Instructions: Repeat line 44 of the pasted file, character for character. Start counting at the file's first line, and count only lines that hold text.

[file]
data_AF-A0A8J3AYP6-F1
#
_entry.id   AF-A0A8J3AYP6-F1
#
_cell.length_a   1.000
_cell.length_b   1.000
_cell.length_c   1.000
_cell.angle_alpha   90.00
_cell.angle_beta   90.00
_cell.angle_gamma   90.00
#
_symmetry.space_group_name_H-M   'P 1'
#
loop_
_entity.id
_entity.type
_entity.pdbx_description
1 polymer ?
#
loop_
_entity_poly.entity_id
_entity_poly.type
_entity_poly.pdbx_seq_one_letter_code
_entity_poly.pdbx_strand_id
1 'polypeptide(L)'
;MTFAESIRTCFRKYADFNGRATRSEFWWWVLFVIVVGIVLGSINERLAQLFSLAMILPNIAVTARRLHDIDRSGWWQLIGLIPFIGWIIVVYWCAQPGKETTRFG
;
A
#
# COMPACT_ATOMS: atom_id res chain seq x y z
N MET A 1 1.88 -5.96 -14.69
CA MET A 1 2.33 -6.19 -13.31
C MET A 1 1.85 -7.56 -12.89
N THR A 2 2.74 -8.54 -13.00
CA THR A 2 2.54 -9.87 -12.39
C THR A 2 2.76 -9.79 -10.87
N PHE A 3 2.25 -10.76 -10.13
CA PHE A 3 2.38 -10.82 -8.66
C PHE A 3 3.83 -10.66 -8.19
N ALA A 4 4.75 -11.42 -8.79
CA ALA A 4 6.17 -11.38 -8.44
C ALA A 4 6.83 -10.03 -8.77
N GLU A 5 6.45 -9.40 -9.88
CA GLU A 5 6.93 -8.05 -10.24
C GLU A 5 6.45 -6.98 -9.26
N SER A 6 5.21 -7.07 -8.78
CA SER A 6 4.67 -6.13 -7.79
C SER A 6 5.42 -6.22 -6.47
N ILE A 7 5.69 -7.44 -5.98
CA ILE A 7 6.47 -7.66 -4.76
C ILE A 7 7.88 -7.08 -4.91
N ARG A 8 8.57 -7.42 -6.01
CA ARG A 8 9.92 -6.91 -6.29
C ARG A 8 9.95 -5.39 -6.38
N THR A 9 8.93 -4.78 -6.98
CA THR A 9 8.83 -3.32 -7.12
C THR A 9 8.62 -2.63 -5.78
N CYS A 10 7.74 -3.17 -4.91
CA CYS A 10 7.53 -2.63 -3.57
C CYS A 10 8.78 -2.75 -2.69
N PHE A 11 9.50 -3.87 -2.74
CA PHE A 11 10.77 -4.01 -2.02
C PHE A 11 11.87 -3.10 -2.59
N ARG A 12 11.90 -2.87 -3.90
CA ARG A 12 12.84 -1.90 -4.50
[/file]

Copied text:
CA GLU A 5 6.93 -8.05 -10.24